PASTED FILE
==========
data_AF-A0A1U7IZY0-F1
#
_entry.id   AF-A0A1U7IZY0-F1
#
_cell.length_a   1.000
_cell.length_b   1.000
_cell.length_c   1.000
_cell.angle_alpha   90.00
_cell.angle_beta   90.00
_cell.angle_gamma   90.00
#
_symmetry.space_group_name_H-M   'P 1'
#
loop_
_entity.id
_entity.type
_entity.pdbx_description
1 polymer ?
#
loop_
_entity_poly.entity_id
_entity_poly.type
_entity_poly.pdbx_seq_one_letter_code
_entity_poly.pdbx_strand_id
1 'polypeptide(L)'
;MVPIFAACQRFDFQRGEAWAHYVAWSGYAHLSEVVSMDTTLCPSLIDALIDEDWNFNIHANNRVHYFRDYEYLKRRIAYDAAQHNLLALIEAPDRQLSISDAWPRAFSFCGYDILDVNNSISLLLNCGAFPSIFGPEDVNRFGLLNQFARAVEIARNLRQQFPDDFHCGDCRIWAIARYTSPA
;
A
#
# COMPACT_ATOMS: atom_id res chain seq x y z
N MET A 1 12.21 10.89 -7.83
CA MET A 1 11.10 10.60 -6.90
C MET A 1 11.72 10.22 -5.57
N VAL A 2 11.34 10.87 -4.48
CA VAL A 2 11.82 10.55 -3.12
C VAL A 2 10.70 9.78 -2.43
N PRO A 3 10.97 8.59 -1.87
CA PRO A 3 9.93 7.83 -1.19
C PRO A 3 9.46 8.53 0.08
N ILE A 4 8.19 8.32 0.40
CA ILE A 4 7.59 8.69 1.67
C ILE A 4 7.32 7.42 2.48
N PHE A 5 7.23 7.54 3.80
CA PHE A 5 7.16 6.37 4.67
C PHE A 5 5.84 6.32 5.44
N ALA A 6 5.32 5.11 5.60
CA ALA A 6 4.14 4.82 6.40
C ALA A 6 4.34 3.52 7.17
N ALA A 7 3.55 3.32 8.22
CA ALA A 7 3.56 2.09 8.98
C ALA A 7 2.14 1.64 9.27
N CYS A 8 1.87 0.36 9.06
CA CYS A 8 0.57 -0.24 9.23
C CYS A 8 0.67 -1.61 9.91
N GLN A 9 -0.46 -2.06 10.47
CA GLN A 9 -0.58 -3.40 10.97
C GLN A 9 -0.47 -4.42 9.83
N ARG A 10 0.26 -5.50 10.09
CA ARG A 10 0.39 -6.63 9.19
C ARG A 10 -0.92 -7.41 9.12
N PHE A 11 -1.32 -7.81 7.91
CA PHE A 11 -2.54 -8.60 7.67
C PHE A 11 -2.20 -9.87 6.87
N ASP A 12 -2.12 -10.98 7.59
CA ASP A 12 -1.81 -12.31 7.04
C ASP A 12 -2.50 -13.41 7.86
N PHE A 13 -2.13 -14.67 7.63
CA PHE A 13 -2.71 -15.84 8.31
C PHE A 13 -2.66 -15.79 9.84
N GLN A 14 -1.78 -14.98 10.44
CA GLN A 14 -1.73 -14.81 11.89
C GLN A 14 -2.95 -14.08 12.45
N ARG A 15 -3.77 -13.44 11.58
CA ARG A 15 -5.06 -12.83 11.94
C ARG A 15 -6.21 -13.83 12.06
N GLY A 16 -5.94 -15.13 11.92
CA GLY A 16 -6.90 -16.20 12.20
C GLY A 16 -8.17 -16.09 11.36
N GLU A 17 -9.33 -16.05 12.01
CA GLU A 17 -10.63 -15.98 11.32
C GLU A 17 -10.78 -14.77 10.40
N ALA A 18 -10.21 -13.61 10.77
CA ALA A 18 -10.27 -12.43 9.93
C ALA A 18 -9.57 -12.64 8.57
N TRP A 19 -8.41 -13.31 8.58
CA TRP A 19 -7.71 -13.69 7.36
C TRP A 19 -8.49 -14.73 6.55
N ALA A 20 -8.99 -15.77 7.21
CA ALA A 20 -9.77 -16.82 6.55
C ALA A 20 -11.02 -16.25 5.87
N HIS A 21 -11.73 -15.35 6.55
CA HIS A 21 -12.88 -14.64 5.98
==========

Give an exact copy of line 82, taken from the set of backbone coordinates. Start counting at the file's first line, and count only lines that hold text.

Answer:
N ALA A 18 -10.21 -13.61 10.77